cancel
Showing results for
Did you mean:
cancel
Showing results for
Did you mean:

Community Tip - Did you get called away in the middle of writing a post? Don't worry you can find your unfinished post later in the Drafts section of your profile page. X

1-Newbie

## Defining a point on a sphere

When creating a point on a sphere Pro/E lets you define only two offset references.

This is silly, it does not fully define the position of the point and it is making an assumption that it is not letting me define.

How do you fully define the position of the point on the sphere?
7 REPLIES 7
10-Marble
(To:lococnc)

Hi Michael,

Pro is really not making an assumption at all. The sphere you created is contrained at it's dimensional values. When you place the point on the sphere you have created the point'sfirst contraint by default by the sphere's diameter. The two additional drag handles are actually the second and third contraints.

You could add the point first with X. Y and Z coordinates and then create the sphere through the point.

Dean

When creating a point on a sphere Pro/E lets you define only two offset references.

This is silly, it does not fully define the position of the point and it is making an assumption that it is not letting me define.

How do you fully define the position of the point on the sphere?
1-Newbie
(To:lococnc)
Couldn't there be two points in space that couldbe on the surface of a sphere if only two other constraints are defined?

6-Contributor
(To:lococnc)
The two dimensions available constraints the point to a line in space. A
line can cut a sphere in two locations, so ProE must do an assumption to
which of the two it uses. In ProE a sphere is created as two half spheres,
so my guess is that the halfsphere selected determines the location.
An interesting test would be to make a 359 deg revolved sphere as it will
only consist of one surface, but will still have two possible point
locations. Will a third dimension constraint be available?

/Bjarne

Dean Long <->
12-02-2010 23:26
Dean Long <->

To
-
cc

Subject
[proecad] - RE: Defining a point on a sphere

Hi Michael,
Pro is really not making an assumption at all. The sphere you created is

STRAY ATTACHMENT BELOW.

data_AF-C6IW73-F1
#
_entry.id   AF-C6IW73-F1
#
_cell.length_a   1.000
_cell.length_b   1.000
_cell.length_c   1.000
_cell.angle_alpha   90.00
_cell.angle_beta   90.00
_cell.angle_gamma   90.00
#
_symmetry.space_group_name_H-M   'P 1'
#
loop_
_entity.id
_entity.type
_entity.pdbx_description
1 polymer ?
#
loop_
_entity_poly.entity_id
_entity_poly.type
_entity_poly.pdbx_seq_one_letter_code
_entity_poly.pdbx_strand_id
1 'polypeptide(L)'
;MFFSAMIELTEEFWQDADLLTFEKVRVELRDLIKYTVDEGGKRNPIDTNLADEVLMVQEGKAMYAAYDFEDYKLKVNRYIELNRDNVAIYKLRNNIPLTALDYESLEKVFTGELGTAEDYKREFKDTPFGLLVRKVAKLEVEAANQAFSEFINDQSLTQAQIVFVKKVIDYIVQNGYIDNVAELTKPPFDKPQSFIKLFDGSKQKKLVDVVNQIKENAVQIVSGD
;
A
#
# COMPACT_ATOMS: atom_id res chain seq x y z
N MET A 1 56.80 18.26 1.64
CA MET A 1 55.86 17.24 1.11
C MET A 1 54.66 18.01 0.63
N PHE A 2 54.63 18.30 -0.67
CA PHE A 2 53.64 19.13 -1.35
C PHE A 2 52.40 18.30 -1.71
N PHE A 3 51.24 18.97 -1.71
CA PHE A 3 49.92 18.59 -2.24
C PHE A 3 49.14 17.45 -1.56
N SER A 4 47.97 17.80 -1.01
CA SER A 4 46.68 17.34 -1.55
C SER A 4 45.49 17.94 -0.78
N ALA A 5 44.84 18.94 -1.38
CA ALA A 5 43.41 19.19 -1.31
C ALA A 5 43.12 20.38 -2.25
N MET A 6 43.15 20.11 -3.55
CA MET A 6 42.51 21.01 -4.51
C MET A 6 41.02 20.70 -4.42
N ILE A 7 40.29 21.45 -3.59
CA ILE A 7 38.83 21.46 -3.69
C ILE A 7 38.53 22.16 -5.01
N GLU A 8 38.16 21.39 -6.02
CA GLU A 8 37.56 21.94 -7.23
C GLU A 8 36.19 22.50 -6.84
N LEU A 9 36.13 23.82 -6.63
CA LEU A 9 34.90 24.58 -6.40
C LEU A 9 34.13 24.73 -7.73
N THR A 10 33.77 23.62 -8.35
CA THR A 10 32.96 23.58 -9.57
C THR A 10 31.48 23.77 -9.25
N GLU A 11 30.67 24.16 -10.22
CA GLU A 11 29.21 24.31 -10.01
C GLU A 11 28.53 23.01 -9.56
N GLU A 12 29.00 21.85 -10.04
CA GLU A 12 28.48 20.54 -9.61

contrained at it's dimensional values. When you place the point on the
sphere you have created the point's first contraint by default by the
sphere's diameter. The two additional drag handles are actually the second
and third contraints.
You could add the point first with X. Y and Z coordinates and then create
the sphere through the point.
Dean

When creating a point on a sphere Pro/E lets you define only two offset
references.

This is silly, it does not fully define the position of the point and it
is making an assumption that it is not letting me define.

How do you fully define the position of the point on the sphere?

Site Links: View post online View mailing list online Send new post
via email Manage your subscription Use of this email content is
4-Participant
(To:lococnc)
Latitude and longitude are sufficient to uniquely define every point on earth. I think you might be better off using a spherical coordinate system for your references.
1-Newbie
(To:lococnc)
"Latitude and longitude are sufficient to uniquely define every point on
earth. I think you might be better off using a spherical coordinate

I think the problem is that Pro/E doesn't allow you to specify whether or
not the latitude is north or south of the equator.
4-Participant
(To:lococnc)
Sure it does, with a spherical csys.

"Latitude and longitude are sufficient to uniquely define every point on
earth. I think you might be better off using a spherical coordinate

I think the problem is that Pro/E doesn't allow you to specify whether or
not the latitude is north or south of the equator.
11-Garnet
(To:lococnc)
This may be of more use.

Here are the proE relations to convert between spherical and Cartesian coordinates: (These assume +Z is the pole and XY are the equator)

Spherical to Cartesian:
X=rho*sin(theta)*cos(phi)
Y=rho*sin(theta)*sin(phi)
Z=rho*cos(theta)

Cartisian to Spherical
Rho=sqrt(x^2+y^2+z^2)
Theta=atan(sqrt (x^2+y^2)/z)
Phi=atan(y/x)

R=rho*sin(theta)

David Haigh
Phone: 925-424-3931
Fax: 925-423-7496
Lawrence Livermore National Lab
7000 East Ave, L-362
Livermore, CA 94550

Announcements